Throughout the session, participants will exchange successful and unsuccessful practices and discuss the practicality of implementing these strategies in their distinct classroom settings. Attendees should come prepared to learn from their peers’ experiences and contribute to the growing body of knowledge in this domain.
Following the main event, Learning Designers will be available for one-on-one consultations to address your specific course or learning activities.
This workshop is the third in a series of three community-focused sessions that engage UBC teaching community members in discussions on hybrid and multi-access classrooms. Wicked Questions and other Liberating Structures will be employed during this session.
May 30, 2023 | 3:00 p.m. – 4:00 p.m. | Online
How to make video more accessible? Captions, ASL, descriptive video…. it can be overwhelming. During this presentation, Educational Media Producer Michael Sider from UBC Studios will reveal solutions from free and do-it-yourself to professional. You’ll find practical tips, guidance and best practices for reaching a variety of communities that experience barriers with video.
New and Creative Ways to Embed Climate and Sustainability in your Class: Approaches from Five Faculties at UBC
May 31, 2023 | 11:00 a.m. – 12:30 p.m. | Zoom
A growing number of UBC faculty from across disciplines are incorporating sustainability and climate change content into their courses and programs. Participants in this session will hear from faculty members from Applied Science, Arts, Education, Medicine, and Science who have first-hand experience in developing innovative and interdisciplinary approaches to sustainability and climate education with support from the Sustainability Hub.
How do Instructors Design Experiential Education Activities in Large, First Year Courses in the Faculty of Arts?
May 31, 2023 | 1:30 p.m. – 3:00 p.m. | Zoom
This interactive panel brings together faculty members who have strong evidence-based beliefs in the teaching and learning outcomes that are possible through high quality experiential education (EE) in the classroom. Instructors from departments across the Faculty of Arts will share how they approach and design EE activities in their first year and/or large courses. In particular, these faculty will share their motivations for doing this work, as well as strategies, resources, barriers, and successes. The session will include a review of findings from interviews conducted with UBC Arts instructors involved in experiential education in 2022 (funded through UBC’s Advancing Education Renewal Fund).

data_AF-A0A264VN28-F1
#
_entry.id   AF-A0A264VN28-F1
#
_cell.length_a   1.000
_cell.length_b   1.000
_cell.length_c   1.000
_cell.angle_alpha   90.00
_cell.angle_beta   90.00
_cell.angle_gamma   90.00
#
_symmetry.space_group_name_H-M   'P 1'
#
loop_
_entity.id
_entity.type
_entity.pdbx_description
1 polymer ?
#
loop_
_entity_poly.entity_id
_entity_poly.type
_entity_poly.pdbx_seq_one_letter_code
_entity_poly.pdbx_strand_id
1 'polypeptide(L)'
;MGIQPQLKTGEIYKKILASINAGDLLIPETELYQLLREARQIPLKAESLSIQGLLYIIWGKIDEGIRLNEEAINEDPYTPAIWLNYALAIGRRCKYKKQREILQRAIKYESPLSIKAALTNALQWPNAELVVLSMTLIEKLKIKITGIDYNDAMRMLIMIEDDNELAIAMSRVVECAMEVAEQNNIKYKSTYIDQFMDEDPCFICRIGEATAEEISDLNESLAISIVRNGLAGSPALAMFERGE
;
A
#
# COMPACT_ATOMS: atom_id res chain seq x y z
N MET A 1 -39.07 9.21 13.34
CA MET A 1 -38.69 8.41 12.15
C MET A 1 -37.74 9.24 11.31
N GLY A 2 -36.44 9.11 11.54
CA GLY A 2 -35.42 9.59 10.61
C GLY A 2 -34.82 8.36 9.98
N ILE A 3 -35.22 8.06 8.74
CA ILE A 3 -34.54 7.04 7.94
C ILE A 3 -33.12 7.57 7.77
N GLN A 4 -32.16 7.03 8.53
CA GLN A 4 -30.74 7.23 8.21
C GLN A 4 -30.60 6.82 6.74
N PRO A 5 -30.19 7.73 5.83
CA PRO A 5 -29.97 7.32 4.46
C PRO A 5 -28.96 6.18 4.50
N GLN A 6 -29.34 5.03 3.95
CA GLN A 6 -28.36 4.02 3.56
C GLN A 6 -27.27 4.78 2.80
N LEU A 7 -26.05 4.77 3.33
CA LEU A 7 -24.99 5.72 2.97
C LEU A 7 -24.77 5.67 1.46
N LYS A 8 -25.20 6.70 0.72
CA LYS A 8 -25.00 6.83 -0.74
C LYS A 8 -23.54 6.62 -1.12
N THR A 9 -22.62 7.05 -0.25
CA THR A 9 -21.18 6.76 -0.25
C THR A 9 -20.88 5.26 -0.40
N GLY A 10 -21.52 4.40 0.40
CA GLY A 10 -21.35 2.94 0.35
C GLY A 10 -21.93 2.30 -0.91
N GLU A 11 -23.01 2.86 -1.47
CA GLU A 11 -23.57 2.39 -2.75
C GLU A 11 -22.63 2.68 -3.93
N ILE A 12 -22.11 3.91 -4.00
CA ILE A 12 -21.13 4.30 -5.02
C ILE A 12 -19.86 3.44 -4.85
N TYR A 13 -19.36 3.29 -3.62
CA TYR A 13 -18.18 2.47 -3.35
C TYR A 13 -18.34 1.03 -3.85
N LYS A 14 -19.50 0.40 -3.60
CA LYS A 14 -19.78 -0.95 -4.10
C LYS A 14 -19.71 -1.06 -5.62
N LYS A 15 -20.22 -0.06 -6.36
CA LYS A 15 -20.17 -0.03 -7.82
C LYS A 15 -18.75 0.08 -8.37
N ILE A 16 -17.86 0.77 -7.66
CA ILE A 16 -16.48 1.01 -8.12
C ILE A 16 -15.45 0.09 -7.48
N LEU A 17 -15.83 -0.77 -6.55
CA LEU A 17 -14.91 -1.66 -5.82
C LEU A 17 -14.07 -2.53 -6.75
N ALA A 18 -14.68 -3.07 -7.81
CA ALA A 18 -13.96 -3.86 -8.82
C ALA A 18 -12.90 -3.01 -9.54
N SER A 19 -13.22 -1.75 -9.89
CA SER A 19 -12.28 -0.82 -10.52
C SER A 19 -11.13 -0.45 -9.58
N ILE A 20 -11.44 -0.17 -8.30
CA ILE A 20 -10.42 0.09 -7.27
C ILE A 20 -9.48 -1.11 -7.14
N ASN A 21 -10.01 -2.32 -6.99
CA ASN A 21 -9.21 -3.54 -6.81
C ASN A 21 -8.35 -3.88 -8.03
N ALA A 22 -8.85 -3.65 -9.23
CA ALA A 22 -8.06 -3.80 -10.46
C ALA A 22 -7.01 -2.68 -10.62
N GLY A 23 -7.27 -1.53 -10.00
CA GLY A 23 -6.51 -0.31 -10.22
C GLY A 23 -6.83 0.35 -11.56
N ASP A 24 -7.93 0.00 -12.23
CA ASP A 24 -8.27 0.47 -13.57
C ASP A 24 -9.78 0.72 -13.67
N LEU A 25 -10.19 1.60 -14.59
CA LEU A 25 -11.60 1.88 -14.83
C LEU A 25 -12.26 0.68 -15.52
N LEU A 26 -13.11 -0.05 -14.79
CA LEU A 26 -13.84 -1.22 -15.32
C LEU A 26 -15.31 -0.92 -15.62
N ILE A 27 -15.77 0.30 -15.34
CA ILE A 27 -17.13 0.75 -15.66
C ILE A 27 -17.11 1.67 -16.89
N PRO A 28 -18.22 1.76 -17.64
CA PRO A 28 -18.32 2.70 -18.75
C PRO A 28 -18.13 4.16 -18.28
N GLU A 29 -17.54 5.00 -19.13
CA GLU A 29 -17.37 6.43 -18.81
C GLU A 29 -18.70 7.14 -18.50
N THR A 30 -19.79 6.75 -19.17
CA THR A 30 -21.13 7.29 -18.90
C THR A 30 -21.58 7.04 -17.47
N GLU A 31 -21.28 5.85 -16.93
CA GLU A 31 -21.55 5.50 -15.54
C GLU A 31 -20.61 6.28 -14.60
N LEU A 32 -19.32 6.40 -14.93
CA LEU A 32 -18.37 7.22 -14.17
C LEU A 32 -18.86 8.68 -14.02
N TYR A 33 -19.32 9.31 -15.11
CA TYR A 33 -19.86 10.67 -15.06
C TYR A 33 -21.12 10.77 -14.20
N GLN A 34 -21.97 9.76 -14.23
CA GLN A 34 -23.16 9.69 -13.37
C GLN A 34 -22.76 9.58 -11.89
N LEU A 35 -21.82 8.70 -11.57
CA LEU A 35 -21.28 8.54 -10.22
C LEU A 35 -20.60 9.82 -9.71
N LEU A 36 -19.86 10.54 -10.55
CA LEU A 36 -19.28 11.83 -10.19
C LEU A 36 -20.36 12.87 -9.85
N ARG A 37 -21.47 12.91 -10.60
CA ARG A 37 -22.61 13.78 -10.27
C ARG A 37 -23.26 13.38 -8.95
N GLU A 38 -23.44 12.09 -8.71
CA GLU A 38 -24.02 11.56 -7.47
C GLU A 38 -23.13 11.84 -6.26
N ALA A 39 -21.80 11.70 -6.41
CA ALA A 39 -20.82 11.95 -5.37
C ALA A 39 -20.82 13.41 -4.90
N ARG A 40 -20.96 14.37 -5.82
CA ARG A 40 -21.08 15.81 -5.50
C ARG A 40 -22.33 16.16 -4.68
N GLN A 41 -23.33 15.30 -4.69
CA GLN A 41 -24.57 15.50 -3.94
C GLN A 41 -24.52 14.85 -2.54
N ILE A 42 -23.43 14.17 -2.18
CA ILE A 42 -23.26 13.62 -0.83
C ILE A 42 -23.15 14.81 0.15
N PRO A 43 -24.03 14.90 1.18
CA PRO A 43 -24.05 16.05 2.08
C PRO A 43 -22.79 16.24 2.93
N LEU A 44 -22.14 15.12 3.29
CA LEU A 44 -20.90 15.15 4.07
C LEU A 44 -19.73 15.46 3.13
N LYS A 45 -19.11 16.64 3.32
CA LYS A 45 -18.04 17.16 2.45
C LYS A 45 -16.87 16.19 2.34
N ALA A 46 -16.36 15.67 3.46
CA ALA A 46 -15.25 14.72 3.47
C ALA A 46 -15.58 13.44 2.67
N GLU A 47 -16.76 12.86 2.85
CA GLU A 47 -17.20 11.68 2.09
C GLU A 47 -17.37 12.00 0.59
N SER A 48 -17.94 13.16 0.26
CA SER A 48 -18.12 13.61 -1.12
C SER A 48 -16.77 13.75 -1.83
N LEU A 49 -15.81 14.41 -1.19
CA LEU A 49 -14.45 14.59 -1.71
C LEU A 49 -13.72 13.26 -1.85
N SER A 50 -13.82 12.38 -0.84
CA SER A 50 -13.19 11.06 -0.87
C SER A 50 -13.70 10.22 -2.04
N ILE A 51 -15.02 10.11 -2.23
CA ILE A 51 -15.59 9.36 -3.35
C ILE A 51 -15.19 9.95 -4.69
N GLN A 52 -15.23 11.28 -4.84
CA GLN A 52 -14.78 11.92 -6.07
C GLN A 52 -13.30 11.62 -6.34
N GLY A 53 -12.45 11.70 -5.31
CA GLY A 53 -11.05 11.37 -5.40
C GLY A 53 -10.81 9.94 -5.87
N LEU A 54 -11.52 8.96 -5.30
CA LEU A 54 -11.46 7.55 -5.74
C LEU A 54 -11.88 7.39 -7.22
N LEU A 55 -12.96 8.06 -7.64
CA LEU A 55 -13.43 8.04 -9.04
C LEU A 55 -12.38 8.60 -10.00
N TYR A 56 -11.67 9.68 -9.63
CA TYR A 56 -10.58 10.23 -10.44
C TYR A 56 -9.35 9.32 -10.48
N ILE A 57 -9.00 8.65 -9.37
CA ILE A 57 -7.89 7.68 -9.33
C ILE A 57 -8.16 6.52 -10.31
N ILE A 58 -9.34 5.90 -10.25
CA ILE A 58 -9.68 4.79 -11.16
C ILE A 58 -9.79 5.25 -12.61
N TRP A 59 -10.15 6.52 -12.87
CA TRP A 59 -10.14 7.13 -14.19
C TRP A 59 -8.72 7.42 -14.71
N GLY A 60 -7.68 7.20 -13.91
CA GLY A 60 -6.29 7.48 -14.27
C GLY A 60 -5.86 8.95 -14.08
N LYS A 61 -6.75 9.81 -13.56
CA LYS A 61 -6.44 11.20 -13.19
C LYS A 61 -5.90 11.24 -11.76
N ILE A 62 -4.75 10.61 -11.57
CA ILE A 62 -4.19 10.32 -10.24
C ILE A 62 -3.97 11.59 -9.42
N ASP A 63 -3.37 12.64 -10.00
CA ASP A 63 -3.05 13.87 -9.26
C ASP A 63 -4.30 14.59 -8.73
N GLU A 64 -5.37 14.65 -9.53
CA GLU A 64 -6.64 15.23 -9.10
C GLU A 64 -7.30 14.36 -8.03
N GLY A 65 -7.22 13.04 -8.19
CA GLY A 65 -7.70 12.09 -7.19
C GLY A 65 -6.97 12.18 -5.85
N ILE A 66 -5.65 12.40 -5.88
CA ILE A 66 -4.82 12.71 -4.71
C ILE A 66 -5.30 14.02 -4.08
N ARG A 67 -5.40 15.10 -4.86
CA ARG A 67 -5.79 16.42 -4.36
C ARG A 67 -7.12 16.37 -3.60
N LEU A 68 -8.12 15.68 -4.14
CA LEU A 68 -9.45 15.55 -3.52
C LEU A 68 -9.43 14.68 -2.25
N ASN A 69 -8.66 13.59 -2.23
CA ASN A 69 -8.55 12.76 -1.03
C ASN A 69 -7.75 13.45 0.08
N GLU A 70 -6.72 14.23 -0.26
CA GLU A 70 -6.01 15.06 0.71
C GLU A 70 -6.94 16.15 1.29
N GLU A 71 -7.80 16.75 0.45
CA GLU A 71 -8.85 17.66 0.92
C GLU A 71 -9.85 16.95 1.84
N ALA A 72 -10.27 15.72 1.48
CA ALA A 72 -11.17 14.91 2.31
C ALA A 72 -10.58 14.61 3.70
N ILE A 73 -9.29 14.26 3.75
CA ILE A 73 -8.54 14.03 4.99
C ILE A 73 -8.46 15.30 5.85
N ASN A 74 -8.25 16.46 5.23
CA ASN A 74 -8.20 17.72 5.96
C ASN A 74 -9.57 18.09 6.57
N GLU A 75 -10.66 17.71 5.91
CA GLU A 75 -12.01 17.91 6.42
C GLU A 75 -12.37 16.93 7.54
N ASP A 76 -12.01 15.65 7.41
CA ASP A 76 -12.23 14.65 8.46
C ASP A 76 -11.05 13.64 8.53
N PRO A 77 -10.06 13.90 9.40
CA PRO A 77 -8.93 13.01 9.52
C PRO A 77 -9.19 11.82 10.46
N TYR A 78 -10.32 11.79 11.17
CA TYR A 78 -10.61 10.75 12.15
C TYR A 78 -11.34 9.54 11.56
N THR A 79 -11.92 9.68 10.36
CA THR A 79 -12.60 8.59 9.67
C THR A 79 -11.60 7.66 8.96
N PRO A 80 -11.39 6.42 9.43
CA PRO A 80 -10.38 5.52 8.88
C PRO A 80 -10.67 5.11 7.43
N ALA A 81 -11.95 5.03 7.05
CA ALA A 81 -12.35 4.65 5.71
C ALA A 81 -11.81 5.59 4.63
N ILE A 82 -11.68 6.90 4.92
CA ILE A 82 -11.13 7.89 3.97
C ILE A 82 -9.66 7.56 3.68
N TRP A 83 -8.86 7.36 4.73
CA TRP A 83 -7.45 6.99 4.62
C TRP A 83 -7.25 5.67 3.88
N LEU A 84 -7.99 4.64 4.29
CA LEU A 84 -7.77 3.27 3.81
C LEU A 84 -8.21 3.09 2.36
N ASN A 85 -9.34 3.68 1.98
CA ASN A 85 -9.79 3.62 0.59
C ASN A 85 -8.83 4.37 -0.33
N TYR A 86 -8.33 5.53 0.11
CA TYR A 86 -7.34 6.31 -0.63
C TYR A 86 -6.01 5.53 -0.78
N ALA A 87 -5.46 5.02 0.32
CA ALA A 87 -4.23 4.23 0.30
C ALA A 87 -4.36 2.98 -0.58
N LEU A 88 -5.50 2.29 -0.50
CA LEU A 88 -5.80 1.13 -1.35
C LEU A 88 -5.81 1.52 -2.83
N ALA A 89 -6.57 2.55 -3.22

May 31, 2023 | 3:00 p.m. – 4:00 p.m. | Zoom
Are you tired of the traditional approach to grading, where instructors decide how much each assignment or exam is worth? Do you want to empower your students to take charge of their own learning by giving them control over how their grades are weighted? In this session, we will introduce a new Canvas app created by the Faculty of Land & Food Systems Learning Centre that streamlines the process of implementing flexible assessment in your courses.
We will begin by exploring the theory behind flexible assessment, how it benefits students, and why it makes sense to use this approach. We will then show you how the app works, and demonstrate how easy it is to set up and use in your courses. With this app, your students can decide which assessments they want to prioritize, and how much each one is worth. After grading is done, the app will also recalculate students’ grades based on their choices.
By the end of this session, you’ll have a clear understanding of how flexible assessment can improve student engagement and performance, and how the Canvas app can streamline the process for you as an instructor. Join us to consider how adopting a flexible assessment approach could promote a more personalized learning experience for your students.
June 1, 2023 | 11:00 a.m. – 12:00 p.m. | Zoom
Student Experience of Instruction (SEI) quantitative data consists of responses on a Likert-type scale (most commonly a 5 or 7-point scale). For many years, the mean (average) and standard deviation were used to summarize and present quantitative data in instructor reports. However, more recently, UBC began using different metrics to report student experience of instruction survey results. The reported metrics include: the interpolated median, percent favorable and measure of dispersion suitable for ordinal data.
This session will introduce the new SEI metrics. Participants will have the opportunity to discuss, in small groups, how to interpret stats in instructor reports.
June 1, 2023 | 1:00 p.m. – 2:00 p.m. | In-person
This 60-minute workshop will address some of the concerns raised by instructors about the effect of ChatGPT and similar AI platforms on academic integrity and deep learning. I propose that by designing a course with regular self-reflection about learning processes, as well as collaborative and responsive exercises between students, we can guide students towards becoming more conscious, active learners who become more invested in their learning processes, and more accountable to themselves for their own learning.
In this workshop, I hope to share the techniques that have been successful for me to replace students’ opportunity to use others’ work and others’ voices, with their own work and voices, and to help students recognize their own strengths. Collaborative exercises will allow attendees to identify, discuss and address practical tools to respond to potential problems of academic integrity and deep learning in their courses.
This workshop will be relevant to instructors across primarily undergraduate levels, but also entrance-level graduate levels, with all modes of instructional delivery. The tools offered here will be adaptable across disciplines. The Learning Outcomes of this workshop will allow attendees will to take away some adaptable templates for course design, as well as some student writing prompts, quizzes and exercises that incorporate the techniques discussed in this workshop.